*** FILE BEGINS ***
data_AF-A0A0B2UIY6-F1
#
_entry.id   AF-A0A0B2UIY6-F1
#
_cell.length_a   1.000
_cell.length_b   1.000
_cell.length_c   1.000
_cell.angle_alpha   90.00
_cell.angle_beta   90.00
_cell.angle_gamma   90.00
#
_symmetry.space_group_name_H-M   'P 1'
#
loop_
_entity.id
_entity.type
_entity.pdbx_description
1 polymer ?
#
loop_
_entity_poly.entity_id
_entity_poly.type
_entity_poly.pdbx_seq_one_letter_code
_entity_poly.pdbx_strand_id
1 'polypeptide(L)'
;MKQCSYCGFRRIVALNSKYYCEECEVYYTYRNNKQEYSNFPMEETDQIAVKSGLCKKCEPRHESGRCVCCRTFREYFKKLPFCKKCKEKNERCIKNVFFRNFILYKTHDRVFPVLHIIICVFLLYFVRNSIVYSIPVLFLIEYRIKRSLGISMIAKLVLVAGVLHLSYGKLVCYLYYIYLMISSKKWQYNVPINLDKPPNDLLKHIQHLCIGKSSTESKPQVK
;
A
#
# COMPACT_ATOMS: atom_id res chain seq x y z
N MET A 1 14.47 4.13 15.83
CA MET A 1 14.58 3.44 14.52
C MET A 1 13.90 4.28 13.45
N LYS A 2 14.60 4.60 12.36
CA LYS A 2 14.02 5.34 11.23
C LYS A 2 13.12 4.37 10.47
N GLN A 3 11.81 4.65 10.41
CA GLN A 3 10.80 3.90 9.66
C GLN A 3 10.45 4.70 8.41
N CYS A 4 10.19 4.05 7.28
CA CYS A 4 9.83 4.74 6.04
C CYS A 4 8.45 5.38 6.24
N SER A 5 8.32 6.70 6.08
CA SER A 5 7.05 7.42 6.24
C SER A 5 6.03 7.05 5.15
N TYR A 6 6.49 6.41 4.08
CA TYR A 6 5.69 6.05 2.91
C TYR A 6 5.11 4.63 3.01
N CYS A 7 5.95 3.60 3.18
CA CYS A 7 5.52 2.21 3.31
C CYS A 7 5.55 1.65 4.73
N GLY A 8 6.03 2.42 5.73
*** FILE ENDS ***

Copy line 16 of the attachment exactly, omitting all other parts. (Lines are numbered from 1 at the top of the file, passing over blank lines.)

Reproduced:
_entity.type